File image: IOL.

CAPE TOWN - Thousands of workers are set to take to the streets tomorrow for a general national strike, following the South African Federation of Trade Unions plan to make SA “ungovernable”,  

This comes after the union handed over a memorandum of demands to parliament on April 12. The demands include an increase in the new minimum wage bill, labour law amendments and Nedlac membership, reports Fin24.

Saftu in a statement said it would rally its affiliates and allies in civil society to demand "action to end the country’s crisis of unemployment, poverty and inequality".

"In particular we are mobilising workers against a ferocious declaration of war by the ruling class of white monopoly capitalists, who are trying to get Parliament to pass new laws which will entrench poverty and threaten workers’ Constitutional right to withdraw their labour."

"Support is growing daily and we are confident that we shall bring South Africa to a standstill and fill the towns and villages with angry workers, employed and unemployed, members of all unions or none, who are demanding action to end the country’s crisis of unemployment, poverty and inequality. 

Saftu added that: "six days later, we shall be reassembling our forces in Bloemfontein and elsewhere for the traditional May Day celebration, the day when workers around the world honour the memory of our fallen heroes and heroines and recommit to the struggle for the unshackling of the workers from the chains of the employers and their co-conspirators in government".

The general strike will take place in Johannesburg, Cape Town, Port Elizabeth and Bloemfontein but Saftu added, that additional marches would take place in other locations.

The strike will see all employees advocate for these amendments based on a ‘’no work, no pay principle’. 

According to Section 77 of the Labour Relations Act, workers are permitted to embark on a protected strike action in order to promote their social and economic interests. 

What will workers be striking for? 

1.Labour law amendments

Amendments to the Labour Relations Act, the Basic Conditions of Employment Act and the new National Minimum Wage Bill is currently being considered by parliament. However, these amendments may make it more difficult for individuals to embark on strike action, if it is proven to be violent.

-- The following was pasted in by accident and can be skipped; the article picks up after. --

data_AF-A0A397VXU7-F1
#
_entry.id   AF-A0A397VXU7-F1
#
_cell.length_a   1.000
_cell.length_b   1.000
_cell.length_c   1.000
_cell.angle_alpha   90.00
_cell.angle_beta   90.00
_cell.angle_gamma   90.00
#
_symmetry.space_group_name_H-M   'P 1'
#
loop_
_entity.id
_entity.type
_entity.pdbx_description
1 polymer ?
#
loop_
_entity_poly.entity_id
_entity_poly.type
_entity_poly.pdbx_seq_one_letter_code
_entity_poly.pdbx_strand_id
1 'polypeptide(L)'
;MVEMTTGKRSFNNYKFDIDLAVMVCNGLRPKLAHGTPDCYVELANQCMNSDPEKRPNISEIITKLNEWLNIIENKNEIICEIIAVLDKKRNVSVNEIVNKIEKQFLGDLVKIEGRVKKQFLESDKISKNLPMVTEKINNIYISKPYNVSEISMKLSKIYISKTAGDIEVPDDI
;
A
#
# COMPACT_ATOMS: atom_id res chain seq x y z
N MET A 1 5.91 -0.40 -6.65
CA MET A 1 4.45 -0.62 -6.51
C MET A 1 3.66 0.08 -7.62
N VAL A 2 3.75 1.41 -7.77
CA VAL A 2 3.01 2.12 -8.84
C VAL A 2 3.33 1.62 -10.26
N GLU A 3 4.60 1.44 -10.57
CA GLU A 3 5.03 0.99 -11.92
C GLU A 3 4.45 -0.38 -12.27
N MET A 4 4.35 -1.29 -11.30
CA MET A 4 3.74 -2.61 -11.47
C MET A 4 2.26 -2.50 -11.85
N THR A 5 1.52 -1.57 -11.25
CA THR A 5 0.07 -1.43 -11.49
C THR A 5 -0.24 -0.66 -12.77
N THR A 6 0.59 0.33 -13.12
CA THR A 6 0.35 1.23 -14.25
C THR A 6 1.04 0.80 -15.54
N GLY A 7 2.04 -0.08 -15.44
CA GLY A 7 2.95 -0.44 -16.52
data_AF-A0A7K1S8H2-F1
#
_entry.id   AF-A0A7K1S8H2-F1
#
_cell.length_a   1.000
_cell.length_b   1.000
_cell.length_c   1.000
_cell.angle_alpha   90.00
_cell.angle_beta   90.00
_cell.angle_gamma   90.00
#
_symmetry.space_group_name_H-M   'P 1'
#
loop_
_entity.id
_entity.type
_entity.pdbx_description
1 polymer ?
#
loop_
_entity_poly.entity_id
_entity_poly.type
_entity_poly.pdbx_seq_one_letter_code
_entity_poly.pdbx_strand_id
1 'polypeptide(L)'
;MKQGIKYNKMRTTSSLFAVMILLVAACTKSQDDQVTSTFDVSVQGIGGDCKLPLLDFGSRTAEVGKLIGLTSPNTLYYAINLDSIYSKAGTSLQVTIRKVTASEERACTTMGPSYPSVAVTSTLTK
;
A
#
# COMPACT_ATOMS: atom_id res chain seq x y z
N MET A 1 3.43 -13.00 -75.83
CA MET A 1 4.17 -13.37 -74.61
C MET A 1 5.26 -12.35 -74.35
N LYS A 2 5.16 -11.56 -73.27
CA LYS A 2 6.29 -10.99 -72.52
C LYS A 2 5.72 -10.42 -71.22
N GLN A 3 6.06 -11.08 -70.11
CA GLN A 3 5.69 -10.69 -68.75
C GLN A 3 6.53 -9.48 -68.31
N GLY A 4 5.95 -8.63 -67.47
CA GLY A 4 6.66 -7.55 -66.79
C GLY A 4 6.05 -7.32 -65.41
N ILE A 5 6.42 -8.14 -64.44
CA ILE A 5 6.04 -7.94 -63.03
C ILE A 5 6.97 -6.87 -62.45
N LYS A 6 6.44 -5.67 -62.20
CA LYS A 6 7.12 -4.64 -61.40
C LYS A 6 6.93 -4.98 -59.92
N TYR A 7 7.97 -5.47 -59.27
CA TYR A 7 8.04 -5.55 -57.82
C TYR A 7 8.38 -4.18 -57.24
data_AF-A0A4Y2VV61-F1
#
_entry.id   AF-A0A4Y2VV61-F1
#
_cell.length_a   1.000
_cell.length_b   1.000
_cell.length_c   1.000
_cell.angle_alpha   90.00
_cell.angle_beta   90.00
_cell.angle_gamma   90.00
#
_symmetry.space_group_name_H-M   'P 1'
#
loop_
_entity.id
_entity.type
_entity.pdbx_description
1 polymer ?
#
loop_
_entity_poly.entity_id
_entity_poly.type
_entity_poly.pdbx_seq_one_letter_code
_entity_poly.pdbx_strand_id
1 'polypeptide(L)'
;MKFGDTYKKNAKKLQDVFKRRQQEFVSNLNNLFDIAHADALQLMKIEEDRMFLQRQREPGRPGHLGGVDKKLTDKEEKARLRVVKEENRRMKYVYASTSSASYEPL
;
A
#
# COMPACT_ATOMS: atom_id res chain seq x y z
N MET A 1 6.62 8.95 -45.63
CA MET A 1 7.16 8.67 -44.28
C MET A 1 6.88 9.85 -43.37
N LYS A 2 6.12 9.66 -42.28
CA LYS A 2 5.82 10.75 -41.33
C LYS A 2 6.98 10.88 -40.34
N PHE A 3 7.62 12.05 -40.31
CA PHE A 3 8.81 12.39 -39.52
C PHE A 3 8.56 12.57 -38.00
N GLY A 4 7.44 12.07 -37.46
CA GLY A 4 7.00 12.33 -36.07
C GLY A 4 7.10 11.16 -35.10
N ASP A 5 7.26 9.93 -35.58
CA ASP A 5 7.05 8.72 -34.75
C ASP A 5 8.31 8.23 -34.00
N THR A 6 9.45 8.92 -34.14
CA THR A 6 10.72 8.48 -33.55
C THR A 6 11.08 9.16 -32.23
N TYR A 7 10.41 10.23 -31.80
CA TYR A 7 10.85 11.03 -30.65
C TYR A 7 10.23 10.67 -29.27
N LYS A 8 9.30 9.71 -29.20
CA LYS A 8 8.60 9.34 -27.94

2.Minimum wage

Saftu refutes the R20 an hour minimum wage agreement, which was set to be implemented on May 1.The union has called on parliament to provide a decent living wage. 

3.Nedlac membership

The forthcoming strike is reportedly linked to a campaign to be recognised by Nedlac. 

Currently, Sadtu does not form part of Nedlac. In order to become a member of Nedlac, unions have to submit audited membership figures and financial statements. However, Saftu does not have these figures nor statements as the federation was formed in 2017. 

Meanwhile, Cosatu - the Congress of South African Trade Unions will not be part of the strike. Also, Nactu - the National Council of Trade Unions and Fedusa -the Federation of Unions of South Africa will not be joining the strike as they believe that already 40% of workers will benefit from the new minimum wage and that the new wage will be “a huge benefit to the country”. 

Thus far, Durban has already made inroads in order to accommodate the strike and ensure that the least amount of unrest is caused. 

Around 3 000 workers are expected to take to Durban’s streets tomorrow as they protest against a number of issues, including a planned introduction of a minimum wage.

August Mbele, spokesperson for the SA Federation of Trade Unions (SAFTU) in KZN said workers from all regions across the province will bussed into the city for the strike.

“We will start assembling at Dinuzulu (Botha’s) Park from 9am. By 11am, we will proceed up Pixley Ka Seme Street (West) towards City Hall where we will hand over our memorandum to officials,” he said.

Durban Metro Police spokesperson, Senior Superintendent Parboo Sewpersadh advised the public to avoid the march route until well after lunchtime.

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- BUSINESS REPORT ONLINE